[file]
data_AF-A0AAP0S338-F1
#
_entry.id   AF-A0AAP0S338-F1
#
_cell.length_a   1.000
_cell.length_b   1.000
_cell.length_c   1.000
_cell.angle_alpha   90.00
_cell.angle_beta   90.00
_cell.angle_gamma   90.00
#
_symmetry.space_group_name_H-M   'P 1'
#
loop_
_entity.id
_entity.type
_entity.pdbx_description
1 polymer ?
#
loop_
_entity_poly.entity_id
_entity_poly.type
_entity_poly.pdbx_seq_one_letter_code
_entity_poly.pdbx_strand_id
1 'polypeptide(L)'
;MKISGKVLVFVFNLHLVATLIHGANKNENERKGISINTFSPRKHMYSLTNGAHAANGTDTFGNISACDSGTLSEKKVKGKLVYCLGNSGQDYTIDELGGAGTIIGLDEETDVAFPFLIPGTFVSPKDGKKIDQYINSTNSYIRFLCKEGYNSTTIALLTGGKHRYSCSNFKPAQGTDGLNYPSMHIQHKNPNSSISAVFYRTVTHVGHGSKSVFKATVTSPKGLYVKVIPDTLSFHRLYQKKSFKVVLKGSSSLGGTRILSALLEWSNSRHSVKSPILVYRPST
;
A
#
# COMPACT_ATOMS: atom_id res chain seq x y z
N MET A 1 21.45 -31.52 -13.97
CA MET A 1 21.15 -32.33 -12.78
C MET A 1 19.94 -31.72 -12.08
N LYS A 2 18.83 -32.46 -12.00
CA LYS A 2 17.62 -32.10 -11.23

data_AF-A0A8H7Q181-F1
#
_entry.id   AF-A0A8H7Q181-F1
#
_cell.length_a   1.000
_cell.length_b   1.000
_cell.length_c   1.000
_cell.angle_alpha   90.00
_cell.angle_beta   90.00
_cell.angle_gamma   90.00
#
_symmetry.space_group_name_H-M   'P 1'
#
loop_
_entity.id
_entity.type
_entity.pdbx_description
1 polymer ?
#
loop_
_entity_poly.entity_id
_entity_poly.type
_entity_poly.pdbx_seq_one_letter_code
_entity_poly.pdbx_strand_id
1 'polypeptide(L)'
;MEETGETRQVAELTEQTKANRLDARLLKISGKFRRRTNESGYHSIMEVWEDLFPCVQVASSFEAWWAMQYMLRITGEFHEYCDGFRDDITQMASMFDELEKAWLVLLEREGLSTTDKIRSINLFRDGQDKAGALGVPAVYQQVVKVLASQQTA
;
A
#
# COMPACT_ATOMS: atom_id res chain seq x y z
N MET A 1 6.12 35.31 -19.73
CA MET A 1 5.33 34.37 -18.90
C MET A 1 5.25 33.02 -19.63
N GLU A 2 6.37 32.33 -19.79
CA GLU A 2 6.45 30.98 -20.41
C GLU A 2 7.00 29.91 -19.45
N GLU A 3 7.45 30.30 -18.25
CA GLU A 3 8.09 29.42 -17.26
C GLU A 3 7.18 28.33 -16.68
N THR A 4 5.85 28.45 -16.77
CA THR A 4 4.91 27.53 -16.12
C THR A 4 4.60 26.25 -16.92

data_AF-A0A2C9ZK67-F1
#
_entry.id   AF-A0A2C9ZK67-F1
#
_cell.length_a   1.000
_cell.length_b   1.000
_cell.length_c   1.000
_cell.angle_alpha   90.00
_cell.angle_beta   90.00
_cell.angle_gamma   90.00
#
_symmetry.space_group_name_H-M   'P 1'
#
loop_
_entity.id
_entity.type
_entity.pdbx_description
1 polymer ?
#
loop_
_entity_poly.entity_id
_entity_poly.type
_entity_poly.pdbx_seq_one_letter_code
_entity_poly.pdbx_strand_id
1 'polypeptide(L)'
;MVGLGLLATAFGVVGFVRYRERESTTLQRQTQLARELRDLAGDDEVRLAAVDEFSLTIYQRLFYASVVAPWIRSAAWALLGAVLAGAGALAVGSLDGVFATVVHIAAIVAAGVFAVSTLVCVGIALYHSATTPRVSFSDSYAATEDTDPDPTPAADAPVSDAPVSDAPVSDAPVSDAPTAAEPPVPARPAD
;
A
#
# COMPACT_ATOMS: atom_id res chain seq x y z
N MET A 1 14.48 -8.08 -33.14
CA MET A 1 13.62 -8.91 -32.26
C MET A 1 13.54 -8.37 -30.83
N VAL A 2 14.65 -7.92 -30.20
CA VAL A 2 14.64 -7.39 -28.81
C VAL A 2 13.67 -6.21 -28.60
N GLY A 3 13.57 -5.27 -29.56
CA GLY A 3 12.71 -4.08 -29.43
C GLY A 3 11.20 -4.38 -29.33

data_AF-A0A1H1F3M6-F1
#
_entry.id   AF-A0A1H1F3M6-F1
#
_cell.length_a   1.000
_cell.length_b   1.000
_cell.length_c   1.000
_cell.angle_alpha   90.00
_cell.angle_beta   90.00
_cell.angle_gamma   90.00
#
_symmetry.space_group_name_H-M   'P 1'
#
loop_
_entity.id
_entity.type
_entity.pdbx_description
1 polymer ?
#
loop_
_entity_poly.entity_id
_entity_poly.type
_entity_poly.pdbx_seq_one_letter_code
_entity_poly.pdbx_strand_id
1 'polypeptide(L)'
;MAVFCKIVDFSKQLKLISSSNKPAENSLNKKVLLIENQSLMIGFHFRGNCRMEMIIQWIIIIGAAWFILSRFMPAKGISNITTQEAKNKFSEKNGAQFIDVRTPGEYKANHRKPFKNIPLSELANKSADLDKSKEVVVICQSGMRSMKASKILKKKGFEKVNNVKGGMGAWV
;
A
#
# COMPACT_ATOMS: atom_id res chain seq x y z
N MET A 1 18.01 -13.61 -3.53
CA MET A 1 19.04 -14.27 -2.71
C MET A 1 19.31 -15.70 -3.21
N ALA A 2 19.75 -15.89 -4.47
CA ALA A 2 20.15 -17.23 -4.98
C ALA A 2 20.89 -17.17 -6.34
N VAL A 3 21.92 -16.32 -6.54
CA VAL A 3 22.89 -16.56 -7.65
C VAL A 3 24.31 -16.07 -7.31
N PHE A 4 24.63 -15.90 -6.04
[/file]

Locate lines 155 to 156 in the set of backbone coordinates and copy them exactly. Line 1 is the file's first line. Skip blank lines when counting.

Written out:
C VAL A 3 24.31 -16.07 -7.31
N PHE A 4 24.63 -15.90 -6.04